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I have a database schema and I'm attempting to create a "base" library around it. I have several other applications that use the same base tables and I would like to commonize the code.

So I guess I have two questions then. Firstly, I'm using C#/Asp.net 4.0 and Linq2Sql because my database design has been around for a while and I haven't had time to convert it to the Entity framework.

I have created a .dbml file with the base functionality which provides a Linq Data Context that we'll call BaseContext that has all the common tables. I then have additional code that in the partial classes; this is the code I'm trying to make common. I then compile BaseContext into a DLL.

I then have an application(s) which will extend the schema and create a new DataContext that derives from BaseContext. This is my plan on paper, but 1) how does inheriting DataContexts work?

Secondly, I'm having issues with connection strings across applications. I don't ever need the code in the DLL to run, but I somehow need to be able to set the connection string of the derived application so that the common code is useful. 2) Is there a way to like override a connection string in a dll?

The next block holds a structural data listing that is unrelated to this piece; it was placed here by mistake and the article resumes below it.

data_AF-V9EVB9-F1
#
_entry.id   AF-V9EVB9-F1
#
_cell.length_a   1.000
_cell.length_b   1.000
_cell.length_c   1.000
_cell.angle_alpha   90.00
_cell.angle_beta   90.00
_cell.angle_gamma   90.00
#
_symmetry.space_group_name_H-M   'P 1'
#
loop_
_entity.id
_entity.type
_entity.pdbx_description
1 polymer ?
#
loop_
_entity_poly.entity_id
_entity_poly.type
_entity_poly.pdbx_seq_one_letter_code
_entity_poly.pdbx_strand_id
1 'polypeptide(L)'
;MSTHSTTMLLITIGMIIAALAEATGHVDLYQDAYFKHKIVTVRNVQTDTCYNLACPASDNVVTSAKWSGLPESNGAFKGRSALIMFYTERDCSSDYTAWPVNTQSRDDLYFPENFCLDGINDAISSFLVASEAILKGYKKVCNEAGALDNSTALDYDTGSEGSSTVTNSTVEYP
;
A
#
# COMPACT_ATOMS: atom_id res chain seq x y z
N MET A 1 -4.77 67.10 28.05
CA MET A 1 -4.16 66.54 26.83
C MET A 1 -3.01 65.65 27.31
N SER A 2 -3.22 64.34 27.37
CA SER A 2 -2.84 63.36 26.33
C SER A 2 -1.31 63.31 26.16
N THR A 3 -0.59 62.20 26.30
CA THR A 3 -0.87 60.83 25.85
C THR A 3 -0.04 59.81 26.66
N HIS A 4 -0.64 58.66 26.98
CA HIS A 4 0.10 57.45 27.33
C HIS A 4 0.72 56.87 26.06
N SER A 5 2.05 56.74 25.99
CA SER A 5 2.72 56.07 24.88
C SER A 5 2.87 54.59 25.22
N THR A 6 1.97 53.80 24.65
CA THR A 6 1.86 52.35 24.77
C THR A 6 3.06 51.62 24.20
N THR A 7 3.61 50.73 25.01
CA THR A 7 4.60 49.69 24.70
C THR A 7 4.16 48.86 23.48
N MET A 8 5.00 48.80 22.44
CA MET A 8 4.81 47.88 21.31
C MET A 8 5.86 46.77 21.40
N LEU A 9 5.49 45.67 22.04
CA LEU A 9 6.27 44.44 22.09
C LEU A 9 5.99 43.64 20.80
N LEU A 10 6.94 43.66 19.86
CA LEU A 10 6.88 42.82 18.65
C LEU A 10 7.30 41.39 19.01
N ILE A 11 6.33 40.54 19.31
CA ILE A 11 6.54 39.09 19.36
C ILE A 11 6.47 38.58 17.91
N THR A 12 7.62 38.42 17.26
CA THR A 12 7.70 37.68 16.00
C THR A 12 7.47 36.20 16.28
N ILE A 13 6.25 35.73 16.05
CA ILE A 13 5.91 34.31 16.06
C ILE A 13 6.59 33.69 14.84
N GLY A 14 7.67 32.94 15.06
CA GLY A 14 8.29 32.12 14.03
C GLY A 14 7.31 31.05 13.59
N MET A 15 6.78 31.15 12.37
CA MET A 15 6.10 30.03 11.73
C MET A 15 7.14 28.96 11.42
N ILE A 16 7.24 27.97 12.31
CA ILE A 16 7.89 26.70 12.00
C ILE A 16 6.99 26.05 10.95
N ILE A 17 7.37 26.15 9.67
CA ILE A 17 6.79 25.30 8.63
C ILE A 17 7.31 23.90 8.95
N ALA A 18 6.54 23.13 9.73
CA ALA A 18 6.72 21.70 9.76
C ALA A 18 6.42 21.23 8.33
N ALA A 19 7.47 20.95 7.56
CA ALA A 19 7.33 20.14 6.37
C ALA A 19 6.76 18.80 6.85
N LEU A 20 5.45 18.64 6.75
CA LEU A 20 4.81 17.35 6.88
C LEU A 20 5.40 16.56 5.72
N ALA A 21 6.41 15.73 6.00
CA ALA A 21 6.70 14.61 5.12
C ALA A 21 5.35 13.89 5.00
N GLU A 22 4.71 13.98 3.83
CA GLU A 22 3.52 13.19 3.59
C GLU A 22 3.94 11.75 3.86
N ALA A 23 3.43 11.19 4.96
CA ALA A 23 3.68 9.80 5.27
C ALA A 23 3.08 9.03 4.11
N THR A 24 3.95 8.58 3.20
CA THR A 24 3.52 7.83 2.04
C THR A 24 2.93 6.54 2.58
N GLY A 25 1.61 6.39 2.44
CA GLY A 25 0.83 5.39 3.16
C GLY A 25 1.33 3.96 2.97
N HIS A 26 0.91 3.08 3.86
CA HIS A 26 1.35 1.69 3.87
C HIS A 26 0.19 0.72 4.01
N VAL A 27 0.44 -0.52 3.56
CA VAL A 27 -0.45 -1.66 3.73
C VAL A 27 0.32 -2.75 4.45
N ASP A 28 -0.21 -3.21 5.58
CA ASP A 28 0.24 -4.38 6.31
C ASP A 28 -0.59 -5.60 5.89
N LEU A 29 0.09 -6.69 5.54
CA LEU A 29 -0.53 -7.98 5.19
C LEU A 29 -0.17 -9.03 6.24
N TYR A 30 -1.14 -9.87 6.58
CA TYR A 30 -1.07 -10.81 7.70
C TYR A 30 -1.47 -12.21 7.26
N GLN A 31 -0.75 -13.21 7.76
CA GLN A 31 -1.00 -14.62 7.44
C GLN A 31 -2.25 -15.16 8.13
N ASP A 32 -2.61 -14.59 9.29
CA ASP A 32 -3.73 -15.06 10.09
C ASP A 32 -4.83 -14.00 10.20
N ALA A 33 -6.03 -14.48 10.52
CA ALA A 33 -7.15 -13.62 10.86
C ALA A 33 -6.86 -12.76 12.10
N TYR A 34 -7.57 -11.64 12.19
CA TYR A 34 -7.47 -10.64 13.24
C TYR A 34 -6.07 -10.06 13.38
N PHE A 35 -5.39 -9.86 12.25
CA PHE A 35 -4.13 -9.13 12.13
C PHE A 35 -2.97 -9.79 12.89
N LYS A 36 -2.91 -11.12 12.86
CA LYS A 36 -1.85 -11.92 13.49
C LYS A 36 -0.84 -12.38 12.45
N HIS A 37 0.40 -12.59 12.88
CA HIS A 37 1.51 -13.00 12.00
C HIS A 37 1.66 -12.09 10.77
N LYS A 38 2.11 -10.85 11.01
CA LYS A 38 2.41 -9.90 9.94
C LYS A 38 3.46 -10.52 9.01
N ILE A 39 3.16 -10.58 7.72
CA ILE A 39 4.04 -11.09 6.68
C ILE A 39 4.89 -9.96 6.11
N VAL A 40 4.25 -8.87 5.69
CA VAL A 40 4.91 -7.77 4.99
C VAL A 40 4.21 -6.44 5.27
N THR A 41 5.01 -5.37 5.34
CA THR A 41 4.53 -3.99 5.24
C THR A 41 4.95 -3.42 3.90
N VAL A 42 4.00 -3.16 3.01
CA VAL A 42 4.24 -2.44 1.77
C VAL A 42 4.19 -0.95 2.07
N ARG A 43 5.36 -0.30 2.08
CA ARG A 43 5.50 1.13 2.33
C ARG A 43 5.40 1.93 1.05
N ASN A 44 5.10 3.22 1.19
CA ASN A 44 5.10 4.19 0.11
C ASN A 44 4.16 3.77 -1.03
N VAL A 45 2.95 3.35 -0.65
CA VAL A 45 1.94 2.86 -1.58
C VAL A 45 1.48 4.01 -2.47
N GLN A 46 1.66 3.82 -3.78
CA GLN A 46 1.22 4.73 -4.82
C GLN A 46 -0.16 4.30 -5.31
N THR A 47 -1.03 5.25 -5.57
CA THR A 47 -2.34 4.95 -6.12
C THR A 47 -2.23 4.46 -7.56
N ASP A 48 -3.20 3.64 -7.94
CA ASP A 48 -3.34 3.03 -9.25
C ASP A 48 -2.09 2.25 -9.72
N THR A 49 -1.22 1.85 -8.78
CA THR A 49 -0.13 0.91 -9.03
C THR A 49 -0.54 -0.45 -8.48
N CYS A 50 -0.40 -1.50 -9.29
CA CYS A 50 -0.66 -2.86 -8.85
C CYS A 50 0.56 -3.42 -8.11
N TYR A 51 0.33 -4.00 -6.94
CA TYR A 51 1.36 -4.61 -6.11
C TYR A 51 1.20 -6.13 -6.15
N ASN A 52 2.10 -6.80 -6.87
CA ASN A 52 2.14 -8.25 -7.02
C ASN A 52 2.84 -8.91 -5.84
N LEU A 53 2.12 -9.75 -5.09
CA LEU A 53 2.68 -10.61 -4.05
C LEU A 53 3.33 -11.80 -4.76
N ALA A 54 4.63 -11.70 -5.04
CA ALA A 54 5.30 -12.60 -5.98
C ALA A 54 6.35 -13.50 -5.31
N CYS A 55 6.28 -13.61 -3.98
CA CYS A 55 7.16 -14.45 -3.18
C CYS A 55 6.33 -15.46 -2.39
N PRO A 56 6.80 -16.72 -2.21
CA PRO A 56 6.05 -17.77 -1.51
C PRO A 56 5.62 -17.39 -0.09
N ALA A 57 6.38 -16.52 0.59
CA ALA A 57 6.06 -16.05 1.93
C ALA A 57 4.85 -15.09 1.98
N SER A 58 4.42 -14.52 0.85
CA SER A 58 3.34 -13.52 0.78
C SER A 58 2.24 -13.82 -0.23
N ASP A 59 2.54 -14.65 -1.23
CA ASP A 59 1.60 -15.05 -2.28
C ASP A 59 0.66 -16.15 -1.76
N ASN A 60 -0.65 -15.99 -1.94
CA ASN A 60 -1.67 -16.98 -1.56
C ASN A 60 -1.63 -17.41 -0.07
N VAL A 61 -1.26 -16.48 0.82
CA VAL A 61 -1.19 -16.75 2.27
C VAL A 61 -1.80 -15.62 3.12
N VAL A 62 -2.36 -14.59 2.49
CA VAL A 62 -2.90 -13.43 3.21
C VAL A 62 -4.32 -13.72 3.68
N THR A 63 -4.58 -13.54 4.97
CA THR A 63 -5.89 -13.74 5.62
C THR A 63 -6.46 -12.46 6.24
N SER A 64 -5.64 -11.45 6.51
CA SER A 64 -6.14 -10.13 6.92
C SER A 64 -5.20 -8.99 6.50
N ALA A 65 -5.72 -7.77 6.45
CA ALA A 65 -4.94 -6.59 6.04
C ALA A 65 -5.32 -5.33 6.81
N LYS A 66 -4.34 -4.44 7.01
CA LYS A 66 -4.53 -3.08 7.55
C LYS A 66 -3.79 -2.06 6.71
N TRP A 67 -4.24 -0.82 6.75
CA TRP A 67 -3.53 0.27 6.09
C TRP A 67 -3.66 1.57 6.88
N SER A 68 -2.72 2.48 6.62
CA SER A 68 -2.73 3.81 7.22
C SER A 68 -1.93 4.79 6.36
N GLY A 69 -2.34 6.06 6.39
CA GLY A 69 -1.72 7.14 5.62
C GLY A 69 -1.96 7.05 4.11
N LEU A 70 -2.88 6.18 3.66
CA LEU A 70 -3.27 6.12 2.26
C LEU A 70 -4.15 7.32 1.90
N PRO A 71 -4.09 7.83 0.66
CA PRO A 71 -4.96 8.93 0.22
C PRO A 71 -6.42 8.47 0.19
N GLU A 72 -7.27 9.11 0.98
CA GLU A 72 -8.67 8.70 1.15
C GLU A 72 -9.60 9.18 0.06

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how does inheriting DataContexts work?

Just like inheriting anything else. It's no different.

Is there a way to like override a connection string in a dll?

Class libraries typically don't contain their connection strings; the host process does. The host process is usually a client application, or, even better, a service (WCF, etc...). It's customary for the connection strings to go in the host config file.

Note: The reason class libraries (DLLs) don't contain connection strings is because they don't know under which context (program) they're running. Within the class library code, it can still access ConfigurationManager to get a connection string. The host process just needs to make sure that connection string is defined it its app.config.

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So the DLL can still access ConfigurationManager content that is defined by the application using the DLL? That's exactly what I want! Does this require making an app.config file for the DLL and then a web.config for the application using the DLL? –  Mark Jun 10 '13 at 22:28
    
Yes, the DLL accesses the config file of the hosting app. DLLs don't have app.configs; just the host processes. –  Bob Horn Jun 10 '13 at 22:29
    
Thanks. I'll give this a try then. –  Mark Jun 11 '13 at 0:26

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